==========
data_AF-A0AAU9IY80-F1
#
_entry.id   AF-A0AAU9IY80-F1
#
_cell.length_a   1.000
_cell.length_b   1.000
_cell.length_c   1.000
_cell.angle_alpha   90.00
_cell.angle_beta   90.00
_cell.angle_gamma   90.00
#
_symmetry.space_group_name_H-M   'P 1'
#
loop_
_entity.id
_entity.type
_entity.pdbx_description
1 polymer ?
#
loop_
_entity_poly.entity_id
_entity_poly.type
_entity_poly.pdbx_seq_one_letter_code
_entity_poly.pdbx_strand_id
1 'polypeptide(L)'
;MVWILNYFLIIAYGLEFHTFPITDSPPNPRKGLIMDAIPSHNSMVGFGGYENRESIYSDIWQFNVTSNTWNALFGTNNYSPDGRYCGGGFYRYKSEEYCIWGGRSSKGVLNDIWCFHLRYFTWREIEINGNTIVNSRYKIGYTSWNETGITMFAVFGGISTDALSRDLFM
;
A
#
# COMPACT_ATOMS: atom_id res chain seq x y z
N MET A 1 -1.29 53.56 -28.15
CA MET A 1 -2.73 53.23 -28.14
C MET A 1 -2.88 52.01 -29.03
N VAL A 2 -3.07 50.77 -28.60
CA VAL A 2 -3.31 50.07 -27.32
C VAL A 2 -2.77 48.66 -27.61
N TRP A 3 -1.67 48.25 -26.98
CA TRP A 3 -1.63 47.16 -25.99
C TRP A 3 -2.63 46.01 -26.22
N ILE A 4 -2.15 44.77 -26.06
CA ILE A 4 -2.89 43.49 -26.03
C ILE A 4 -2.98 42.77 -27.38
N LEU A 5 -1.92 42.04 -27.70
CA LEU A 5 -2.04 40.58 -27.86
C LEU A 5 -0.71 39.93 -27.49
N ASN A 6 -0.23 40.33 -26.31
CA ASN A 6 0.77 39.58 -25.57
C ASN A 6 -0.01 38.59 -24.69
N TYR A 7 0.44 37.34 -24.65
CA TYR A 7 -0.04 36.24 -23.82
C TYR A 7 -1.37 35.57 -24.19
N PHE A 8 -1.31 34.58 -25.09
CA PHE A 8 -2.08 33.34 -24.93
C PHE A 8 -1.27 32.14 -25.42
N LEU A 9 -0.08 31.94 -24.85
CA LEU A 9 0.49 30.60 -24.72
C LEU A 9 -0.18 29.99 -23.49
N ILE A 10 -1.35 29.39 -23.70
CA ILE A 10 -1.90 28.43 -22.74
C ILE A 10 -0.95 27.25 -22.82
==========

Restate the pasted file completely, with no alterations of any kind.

data_AF-A0AAU9IY80-F1
#
_entry.id   AF-A0AAU9IY80-F1
#
_cell.length_a   1.000
_cell.length_b   1.000
_cell.length_c   1.000
_cell.angle_alpha   90.00
_cell.angle_beta   90.00
_cell.angle_gamma   90.00
#
_symmetry.space_group_name_H-M   'P 1'
#
loop_
_entity.id
_entity.type
_entity.pdbx_description
1 polymer ?
#
loop_
_entity_poly.entity_id
_entity_poly.type
_entity_poly.pdbx_seq_one_letter_code
_entity_poly.pdbx_strand_id
1 'polypeptide(L)'
;MVWILNYFLIIAYGLEFHTFPITDSPPNPRKGLIMDAIPSHNSMVGFGGYENRESIYSDIWQFNVTSNTWNALFGTNNYSPDGRYCGGGFYRYKSEEYCIWGGRSSKGVLNDIWCFHLRYFTWREIEINGNTIVNSRYKIGYTSWNETGITMFAVFGGISTDALSRDLFM
;
A
#
# COMPACT_ATOMS: atom_id res chain seq x y z
N MET A 1 -1.29 53.56 -28.15
CA MET A 1 -2.73 53.23 -28.14
C MET A 1 -2.88 52.01 -29.03
N VAL A 2 -3.07 50.77 -28.60
CA VAL A 2 -3.31 50.07 -27.32
C VAL A 2 -2.77 48.66 -27.61
N TRP A 3 -1.67 48.25 -26.98
CA TRP A 3 -1.63 47.16 -25.99
C TRP A 3 -2.63 46.01 -26.22
N ILE A 4 -2.15 44.77 -26.06
CA ILE A 4 -2.89 43.49 -26.03
C ILE A 4 -2.98 42.77 -27.38
N LEU A 5 -1.92 42.04 -27.70
CA LEU A 5 -2.04 40.58 -27.86
C LEU A 5 -0.71 39.93 -27.49
N ASN A 6 -0.23 40.33 -26.31
CA ASN A 6 0.77 39.58 -25.57
C ASN A 6 -0.01 38.59 -24.69
N TYR A 7 0.44 37.34 -24.65
CA TYR A 7 -0.04 36.24 -23.82
C TYR A 7 -1.37 35.57 -24.19
N PHE A 8 -1.31 34.58 -25.09
CA PHE A 8 -2.08 33.34 -24.93
C PHE A 8 -1.27 32.14 -25.42
N LEU A 9 -0.08 31.94 -24.85
CA LEU A 9 0.49 30.60 -24.72
C LEU A 9 -0.18 29.99 -23.49
N ILE A 10 -1.35 29.39 -23.70
CA ILE A 10 -1.90 28.43 -22.74
C ILE A 10 -0.95 27.25 -22.82